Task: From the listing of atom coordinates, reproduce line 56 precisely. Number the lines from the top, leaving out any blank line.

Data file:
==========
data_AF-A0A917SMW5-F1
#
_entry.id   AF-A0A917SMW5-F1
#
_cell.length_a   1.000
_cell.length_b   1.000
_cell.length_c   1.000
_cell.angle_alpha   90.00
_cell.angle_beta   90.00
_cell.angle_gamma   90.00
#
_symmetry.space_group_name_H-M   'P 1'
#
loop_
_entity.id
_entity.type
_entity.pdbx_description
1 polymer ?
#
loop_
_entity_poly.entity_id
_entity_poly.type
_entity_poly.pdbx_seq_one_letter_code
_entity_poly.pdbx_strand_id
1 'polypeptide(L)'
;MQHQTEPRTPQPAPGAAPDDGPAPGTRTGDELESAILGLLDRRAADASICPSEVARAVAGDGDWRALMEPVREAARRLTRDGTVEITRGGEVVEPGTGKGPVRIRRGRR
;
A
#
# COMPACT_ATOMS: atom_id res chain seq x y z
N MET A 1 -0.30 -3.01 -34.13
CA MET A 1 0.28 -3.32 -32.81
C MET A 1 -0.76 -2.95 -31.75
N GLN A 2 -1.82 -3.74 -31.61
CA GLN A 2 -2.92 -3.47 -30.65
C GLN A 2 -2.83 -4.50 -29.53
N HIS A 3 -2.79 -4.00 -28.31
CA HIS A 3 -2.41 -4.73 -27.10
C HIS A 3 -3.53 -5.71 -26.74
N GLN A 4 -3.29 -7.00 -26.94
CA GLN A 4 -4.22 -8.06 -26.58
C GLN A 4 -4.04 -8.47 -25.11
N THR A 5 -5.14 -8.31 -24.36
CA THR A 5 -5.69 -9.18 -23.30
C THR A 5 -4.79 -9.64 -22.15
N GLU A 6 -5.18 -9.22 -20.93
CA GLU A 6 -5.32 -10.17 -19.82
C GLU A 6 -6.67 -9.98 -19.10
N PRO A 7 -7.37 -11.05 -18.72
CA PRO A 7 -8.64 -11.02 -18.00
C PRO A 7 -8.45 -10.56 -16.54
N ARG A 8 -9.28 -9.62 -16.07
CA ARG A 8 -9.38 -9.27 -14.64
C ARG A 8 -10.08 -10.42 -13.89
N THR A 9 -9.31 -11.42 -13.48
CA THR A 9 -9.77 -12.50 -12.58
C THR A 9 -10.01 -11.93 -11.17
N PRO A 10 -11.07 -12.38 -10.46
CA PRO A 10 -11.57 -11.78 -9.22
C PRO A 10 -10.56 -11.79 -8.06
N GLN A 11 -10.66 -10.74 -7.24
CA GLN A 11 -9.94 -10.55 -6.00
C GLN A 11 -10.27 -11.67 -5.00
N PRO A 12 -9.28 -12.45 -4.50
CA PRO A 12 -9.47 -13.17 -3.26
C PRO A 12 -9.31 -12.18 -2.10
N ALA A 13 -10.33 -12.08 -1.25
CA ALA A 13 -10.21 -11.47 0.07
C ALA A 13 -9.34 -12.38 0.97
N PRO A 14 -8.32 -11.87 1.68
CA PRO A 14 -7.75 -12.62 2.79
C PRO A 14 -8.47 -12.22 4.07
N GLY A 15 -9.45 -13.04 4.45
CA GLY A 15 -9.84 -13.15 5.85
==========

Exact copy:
CA THR A 9 -9.77 -12.50 -12.58